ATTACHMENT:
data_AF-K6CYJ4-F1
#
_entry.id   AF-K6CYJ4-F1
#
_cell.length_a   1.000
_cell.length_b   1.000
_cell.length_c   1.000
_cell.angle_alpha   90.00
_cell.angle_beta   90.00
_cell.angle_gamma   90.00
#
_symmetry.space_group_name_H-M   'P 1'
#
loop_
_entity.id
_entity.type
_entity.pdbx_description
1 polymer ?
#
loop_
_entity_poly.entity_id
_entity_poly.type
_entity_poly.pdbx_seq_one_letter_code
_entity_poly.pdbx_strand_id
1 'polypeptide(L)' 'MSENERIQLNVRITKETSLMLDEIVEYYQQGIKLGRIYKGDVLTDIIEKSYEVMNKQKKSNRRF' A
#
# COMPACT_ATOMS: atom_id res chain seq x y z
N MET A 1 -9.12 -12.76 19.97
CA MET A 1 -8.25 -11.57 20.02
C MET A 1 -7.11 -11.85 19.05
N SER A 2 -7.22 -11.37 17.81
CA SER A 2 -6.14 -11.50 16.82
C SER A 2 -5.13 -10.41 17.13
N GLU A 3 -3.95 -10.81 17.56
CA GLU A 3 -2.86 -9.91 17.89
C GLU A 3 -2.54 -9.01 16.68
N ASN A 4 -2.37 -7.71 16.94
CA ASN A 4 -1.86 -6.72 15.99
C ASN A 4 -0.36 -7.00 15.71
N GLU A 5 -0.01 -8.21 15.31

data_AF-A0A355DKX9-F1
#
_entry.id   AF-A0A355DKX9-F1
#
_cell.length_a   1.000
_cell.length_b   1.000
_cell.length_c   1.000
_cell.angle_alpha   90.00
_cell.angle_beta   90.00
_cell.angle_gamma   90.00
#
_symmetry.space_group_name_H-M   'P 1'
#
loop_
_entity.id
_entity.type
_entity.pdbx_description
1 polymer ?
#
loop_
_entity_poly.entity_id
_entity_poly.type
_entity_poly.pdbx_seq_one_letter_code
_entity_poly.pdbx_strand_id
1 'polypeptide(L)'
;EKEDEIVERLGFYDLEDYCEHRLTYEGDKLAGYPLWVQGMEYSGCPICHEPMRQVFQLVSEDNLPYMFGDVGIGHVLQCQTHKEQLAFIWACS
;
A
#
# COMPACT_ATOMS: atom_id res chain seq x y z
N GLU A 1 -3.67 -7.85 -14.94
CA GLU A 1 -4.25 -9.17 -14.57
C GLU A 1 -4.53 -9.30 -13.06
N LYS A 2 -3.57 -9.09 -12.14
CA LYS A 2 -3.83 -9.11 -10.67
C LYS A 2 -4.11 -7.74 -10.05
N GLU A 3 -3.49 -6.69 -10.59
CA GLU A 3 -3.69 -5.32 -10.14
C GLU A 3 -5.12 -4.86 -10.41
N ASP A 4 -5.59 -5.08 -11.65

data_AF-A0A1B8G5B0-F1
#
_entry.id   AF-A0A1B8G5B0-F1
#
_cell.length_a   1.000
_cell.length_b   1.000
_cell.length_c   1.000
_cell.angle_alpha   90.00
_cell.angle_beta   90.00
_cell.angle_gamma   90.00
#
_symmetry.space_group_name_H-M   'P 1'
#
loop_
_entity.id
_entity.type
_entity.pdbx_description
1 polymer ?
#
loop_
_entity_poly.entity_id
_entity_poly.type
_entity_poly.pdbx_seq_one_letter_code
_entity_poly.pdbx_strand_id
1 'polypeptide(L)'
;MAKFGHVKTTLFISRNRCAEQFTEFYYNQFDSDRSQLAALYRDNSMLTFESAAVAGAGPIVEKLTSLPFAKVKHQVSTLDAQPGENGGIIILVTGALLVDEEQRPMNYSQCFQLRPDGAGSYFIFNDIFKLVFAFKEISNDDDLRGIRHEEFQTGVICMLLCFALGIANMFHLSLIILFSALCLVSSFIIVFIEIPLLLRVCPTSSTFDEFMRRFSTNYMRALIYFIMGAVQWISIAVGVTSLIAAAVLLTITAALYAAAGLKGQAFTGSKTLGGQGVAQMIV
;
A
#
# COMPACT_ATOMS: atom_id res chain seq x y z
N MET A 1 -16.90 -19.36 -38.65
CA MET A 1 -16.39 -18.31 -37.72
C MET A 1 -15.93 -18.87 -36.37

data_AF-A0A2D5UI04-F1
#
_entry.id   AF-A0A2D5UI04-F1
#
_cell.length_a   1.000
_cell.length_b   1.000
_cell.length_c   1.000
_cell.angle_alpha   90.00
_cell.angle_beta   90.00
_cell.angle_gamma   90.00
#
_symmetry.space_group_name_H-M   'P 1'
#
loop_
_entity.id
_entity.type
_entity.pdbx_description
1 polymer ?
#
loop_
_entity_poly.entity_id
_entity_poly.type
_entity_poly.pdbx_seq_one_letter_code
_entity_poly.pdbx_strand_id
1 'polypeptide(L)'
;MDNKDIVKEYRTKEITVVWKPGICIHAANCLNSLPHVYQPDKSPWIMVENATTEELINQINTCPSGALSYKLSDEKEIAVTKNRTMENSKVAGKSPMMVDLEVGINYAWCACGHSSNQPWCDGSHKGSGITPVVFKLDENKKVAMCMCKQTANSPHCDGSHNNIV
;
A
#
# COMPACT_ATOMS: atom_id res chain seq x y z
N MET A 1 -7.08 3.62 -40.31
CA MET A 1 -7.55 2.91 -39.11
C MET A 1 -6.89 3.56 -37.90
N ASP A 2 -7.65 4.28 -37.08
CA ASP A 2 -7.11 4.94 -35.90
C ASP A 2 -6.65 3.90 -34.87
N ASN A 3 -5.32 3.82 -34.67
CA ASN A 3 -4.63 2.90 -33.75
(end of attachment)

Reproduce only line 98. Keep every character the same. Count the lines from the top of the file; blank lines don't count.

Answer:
1 polymer ?